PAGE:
When we ingest protein the first thing it is going to meet is that acid bath in the stomach. The extremely low pH of the stomach causes all of the twists, bends, folds and inversions within the protein structure to unravel so we get back a straight string of paper dolls holding hand in hand (amino acids). At this stage enzymes, which are themselves proteins, can come along and cut between the amino acids (hand-in-hand connections) and break that protein into its smallest component, for example, amino acids.

Further down the digestive tract, we will absorb those amino acids where the body can use them, for example, to build neurotransmitters, repair tissue or make new enzymes for further digestion.

If, however, we do not have enough stomach acid it means that the protein going down into our system could not unravel entirely. It means that the digestive enzymes are not able to break it down to the building blocks, amino-acids it is made of, meaning, we are not able to absorb that nutritional component. As a result, the protein then will go through the stomach into the small intestines, and more enzymes are released, but it will not change a thing because they cannot work to break up the protein down. Alternatively, some microbes, some of the flora in our system be it bacteria, yeast or even mould can start digesting that undigested protein instead. They, however, will do it for their benefit. They will break down the protein to the compounds that they require while releasing other metabolites. Many of these compounds can be toxic and acidic and in turn, can get absorbed into the bloodstream.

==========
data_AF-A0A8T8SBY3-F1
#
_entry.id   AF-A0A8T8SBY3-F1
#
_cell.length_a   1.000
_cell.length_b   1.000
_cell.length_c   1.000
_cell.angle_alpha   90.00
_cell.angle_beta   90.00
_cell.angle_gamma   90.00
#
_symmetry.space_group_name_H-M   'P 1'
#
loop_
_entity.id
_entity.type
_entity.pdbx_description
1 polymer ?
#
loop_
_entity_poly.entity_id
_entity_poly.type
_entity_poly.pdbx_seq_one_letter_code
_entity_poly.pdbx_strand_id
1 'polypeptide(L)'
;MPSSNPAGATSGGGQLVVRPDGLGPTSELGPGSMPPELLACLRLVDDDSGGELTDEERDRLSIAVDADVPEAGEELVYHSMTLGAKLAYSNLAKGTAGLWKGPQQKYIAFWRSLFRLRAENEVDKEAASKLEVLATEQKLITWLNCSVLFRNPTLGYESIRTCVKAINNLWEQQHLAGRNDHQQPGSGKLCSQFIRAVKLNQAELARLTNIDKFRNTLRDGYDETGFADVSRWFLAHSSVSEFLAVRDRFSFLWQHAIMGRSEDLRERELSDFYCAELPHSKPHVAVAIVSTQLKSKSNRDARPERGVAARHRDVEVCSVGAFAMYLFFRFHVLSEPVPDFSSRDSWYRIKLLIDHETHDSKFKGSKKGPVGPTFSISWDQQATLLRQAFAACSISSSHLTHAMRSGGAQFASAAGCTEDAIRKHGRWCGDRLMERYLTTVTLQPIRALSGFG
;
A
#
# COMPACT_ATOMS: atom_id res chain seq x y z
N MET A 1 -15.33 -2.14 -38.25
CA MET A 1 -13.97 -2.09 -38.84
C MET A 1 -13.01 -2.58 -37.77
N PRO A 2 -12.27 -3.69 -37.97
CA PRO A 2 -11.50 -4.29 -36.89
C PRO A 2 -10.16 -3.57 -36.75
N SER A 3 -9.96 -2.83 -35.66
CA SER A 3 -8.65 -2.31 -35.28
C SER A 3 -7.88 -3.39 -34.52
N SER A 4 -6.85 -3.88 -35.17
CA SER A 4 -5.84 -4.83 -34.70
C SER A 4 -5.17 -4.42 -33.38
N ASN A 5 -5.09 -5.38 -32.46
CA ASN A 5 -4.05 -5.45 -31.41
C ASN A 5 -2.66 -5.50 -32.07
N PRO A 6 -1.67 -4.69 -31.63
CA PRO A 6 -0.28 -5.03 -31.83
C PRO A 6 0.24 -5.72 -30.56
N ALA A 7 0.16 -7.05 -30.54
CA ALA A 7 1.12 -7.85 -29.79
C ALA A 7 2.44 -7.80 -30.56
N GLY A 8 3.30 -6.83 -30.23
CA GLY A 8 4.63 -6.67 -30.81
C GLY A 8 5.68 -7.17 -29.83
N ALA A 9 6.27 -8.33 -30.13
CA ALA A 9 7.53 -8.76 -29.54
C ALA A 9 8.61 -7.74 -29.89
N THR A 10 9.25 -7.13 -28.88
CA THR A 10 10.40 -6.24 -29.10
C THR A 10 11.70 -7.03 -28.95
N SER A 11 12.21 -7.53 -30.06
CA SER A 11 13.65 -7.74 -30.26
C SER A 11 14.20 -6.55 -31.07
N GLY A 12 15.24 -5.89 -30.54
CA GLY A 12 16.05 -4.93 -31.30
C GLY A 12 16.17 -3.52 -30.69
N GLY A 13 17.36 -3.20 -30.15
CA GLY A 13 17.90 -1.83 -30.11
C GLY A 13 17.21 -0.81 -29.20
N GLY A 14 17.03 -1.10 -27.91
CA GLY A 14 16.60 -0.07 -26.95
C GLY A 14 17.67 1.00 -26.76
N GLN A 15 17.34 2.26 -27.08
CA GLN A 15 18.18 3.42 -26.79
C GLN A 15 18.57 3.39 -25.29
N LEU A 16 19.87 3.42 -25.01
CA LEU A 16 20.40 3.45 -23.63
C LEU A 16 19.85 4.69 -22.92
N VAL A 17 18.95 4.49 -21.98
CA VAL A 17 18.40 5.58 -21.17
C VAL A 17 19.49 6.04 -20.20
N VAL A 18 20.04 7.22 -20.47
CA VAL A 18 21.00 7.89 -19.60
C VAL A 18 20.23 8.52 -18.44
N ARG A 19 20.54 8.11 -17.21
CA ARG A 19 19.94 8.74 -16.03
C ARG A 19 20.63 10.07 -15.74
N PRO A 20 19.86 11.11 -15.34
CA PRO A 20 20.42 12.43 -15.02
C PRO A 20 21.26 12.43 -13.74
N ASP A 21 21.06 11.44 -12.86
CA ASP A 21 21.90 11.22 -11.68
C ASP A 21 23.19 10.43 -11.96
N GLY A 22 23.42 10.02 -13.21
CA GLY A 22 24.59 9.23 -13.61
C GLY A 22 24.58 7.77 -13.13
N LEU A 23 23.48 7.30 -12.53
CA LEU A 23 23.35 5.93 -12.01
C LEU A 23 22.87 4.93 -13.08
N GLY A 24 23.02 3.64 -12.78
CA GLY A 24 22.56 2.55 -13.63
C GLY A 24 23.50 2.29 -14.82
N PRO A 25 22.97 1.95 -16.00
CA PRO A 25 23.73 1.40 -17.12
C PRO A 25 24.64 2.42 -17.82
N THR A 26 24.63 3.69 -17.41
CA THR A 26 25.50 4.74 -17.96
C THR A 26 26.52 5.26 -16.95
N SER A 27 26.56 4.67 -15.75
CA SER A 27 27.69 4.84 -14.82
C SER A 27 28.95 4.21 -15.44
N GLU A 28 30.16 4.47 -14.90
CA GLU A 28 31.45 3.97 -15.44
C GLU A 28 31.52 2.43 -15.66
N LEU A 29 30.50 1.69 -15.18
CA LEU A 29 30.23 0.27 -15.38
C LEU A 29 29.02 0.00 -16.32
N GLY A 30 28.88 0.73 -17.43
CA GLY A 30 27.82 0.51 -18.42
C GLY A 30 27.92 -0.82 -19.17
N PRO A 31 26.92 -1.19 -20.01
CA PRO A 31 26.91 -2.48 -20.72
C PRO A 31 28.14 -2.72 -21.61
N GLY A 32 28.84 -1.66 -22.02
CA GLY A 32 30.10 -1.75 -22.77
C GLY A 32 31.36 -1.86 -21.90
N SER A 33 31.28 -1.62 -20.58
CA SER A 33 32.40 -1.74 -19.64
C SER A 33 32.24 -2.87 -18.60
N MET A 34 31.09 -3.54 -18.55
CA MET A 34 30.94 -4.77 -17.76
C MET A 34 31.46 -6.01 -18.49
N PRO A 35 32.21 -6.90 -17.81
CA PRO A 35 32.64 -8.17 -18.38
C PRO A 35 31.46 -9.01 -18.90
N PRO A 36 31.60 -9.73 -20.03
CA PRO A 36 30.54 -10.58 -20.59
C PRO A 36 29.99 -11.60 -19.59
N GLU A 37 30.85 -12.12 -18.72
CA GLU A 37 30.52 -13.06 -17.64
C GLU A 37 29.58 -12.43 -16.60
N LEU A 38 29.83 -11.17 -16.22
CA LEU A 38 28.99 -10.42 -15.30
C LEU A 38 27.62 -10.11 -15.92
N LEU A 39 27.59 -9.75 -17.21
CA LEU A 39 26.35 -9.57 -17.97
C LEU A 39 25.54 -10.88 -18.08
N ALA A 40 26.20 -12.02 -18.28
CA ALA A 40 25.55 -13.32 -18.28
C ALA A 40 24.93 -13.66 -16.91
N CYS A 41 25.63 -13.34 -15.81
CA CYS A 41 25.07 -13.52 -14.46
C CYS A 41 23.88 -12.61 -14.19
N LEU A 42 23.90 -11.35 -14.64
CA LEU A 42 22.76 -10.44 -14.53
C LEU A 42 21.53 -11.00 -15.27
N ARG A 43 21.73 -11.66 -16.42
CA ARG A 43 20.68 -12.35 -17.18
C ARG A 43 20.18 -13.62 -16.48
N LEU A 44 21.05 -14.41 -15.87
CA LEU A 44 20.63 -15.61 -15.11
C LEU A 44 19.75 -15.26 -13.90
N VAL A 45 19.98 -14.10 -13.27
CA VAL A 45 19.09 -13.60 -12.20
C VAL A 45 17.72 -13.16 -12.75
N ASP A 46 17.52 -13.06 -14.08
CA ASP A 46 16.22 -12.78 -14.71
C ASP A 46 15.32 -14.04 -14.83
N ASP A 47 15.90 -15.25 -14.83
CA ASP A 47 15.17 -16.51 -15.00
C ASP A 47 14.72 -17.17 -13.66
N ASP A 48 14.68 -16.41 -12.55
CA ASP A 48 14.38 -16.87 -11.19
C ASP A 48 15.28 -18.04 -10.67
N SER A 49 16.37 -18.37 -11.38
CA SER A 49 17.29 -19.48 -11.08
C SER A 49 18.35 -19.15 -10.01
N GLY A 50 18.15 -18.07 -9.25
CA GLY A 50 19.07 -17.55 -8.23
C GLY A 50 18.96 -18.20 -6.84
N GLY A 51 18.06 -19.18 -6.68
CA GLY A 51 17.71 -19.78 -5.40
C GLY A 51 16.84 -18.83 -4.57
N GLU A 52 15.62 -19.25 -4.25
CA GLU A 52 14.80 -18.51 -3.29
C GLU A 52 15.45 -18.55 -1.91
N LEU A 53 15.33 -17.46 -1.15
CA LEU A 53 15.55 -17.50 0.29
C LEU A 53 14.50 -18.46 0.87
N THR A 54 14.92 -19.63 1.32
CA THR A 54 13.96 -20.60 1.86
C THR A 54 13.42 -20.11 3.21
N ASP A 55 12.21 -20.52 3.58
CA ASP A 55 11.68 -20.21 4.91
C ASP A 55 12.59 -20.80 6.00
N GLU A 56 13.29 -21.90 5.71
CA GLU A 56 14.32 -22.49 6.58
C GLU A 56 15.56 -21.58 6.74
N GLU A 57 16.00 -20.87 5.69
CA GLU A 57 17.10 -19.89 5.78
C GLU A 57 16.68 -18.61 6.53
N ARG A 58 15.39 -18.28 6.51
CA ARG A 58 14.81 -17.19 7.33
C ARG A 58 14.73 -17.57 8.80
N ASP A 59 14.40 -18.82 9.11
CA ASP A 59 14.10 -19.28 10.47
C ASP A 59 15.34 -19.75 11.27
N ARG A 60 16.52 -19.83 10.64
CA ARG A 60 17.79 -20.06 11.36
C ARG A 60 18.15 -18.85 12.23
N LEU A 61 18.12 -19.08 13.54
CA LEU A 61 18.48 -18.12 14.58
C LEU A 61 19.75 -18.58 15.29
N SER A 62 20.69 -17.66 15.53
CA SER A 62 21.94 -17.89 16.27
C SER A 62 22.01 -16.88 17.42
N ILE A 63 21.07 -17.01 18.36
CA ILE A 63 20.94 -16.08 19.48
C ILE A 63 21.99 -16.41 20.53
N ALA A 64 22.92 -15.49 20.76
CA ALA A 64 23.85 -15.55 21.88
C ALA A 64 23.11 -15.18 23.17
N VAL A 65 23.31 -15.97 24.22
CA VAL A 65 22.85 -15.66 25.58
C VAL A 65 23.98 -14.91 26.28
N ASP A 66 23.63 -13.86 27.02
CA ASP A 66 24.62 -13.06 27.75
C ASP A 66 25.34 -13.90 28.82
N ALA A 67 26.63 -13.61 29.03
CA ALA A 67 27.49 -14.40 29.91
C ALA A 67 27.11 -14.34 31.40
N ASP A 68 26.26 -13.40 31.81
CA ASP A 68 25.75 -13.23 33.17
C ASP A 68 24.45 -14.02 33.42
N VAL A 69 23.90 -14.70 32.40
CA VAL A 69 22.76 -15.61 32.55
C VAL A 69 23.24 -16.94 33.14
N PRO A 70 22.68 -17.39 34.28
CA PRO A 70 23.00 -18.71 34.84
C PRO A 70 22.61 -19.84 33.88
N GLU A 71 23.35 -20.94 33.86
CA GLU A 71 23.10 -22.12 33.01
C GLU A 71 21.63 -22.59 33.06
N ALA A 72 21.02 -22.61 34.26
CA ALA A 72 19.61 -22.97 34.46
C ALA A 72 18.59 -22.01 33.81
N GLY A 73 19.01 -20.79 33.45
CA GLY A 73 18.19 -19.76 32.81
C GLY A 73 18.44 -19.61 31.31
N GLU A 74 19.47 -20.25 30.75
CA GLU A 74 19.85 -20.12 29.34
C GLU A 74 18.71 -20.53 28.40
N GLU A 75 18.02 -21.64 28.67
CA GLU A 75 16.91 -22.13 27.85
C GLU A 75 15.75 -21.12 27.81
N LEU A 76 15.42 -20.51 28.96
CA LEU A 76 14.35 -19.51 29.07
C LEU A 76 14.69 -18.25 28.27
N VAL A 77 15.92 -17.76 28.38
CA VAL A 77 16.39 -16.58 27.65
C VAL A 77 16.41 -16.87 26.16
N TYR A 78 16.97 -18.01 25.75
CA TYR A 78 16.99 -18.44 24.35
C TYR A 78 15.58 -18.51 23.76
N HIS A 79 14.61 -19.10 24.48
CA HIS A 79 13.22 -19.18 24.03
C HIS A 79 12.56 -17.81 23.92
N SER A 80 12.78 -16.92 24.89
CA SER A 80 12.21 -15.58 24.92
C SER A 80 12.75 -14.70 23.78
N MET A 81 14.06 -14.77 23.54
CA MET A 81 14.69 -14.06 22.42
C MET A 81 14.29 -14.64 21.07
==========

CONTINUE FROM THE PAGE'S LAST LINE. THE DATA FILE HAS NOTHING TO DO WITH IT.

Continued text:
Enter alkaliser. The minerals are locked in.

Let us go back to the original protein. When the paper dolls, a chain of amino acids, fold around itself due to the positive and negative charges and become that 3D structure the amino acid becomes the protein structure with minerals locked within it.

Those minerals help to hold the shape and contribute to the function of that particular protein. As the protein unravels touching the acidic stomach environment, those minerals are now released. Meaning, the minerals are now within the stomach solution, part of our digestive juices free and available for absorption into our bloodstream. Because minerals are alkalising if we have high levels, the body will need to process them by putting them away in storage. To build bones, for example. In other words, the minerals stored away are used or sent off to parts of the body where they can be incorporated as required.